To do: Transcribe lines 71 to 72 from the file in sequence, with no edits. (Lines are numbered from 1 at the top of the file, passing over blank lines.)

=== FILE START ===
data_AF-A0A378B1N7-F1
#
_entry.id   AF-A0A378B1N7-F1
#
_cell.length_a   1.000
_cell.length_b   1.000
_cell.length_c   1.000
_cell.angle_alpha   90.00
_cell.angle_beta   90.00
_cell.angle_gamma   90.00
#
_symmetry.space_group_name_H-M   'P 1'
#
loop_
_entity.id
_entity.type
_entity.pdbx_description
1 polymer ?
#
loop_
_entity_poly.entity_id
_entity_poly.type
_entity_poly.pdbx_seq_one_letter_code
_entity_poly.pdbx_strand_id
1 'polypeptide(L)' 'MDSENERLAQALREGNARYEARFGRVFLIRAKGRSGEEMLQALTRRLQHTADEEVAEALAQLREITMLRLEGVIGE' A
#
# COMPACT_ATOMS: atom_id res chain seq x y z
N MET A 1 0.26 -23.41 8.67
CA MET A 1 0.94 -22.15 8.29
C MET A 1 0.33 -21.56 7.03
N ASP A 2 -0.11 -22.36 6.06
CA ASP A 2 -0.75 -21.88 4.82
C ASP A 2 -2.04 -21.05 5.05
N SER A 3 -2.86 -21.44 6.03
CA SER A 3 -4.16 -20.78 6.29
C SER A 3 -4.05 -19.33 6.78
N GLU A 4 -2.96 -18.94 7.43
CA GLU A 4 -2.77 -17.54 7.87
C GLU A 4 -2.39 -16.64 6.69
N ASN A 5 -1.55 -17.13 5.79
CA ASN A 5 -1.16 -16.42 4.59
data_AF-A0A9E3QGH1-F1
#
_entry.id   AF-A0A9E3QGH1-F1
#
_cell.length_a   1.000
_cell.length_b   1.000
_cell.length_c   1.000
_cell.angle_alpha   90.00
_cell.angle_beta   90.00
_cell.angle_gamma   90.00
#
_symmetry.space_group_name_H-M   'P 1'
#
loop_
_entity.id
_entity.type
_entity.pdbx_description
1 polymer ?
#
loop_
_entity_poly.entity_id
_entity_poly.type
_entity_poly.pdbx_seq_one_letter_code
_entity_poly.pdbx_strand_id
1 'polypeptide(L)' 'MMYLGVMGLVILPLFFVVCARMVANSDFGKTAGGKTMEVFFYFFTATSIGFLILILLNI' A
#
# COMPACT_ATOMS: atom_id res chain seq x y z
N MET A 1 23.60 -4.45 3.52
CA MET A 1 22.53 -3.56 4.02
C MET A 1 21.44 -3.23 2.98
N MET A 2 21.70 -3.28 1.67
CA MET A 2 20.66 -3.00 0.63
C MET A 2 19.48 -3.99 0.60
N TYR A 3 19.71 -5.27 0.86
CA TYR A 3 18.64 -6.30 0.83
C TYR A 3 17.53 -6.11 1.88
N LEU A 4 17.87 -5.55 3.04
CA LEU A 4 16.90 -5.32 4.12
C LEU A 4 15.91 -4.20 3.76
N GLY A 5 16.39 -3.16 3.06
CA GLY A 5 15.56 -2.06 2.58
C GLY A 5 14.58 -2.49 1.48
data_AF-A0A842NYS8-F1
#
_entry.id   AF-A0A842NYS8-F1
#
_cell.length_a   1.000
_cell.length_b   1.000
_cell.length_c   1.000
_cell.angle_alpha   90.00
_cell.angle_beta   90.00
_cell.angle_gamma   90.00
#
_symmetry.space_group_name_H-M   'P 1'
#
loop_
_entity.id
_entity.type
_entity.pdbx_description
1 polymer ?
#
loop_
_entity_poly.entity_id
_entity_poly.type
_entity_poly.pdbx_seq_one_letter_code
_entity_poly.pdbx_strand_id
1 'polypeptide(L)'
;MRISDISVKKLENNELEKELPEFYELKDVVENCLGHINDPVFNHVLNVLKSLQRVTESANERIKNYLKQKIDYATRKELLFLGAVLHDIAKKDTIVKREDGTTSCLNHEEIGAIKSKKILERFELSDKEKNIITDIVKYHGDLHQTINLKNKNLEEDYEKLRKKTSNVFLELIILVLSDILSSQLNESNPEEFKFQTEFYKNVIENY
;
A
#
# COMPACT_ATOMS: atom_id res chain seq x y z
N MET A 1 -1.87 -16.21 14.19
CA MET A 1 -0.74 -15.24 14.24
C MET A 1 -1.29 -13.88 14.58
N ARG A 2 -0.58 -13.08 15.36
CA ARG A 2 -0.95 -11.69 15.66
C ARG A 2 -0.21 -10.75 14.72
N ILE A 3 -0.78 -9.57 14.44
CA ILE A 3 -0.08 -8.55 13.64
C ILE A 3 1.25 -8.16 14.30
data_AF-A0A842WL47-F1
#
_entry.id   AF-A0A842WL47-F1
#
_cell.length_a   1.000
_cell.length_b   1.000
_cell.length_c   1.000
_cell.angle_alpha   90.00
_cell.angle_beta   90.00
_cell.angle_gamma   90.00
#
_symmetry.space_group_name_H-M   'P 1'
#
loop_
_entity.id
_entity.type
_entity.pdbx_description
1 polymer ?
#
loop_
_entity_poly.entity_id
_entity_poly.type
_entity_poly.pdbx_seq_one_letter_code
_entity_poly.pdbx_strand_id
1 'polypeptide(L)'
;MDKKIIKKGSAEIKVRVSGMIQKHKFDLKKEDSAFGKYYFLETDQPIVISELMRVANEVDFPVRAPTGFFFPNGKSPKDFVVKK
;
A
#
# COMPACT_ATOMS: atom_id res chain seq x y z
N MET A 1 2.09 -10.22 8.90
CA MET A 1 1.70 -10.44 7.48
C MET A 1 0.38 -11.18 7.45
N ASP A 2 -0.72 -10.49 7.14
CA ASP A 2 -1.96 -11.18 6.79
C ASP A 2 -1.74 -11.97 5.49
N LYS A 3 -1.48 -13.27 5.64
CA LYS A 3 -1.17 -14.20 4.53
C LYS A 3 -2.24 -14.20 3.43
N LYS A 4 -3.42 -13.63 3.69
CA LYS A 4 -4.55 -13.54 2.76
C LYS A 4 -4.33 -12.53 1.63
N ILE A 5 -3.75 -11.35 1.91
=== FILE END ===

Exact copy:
C MET A 1 21.44 -3.23 2.98
N MET A 2 21.70 -3.28 1.67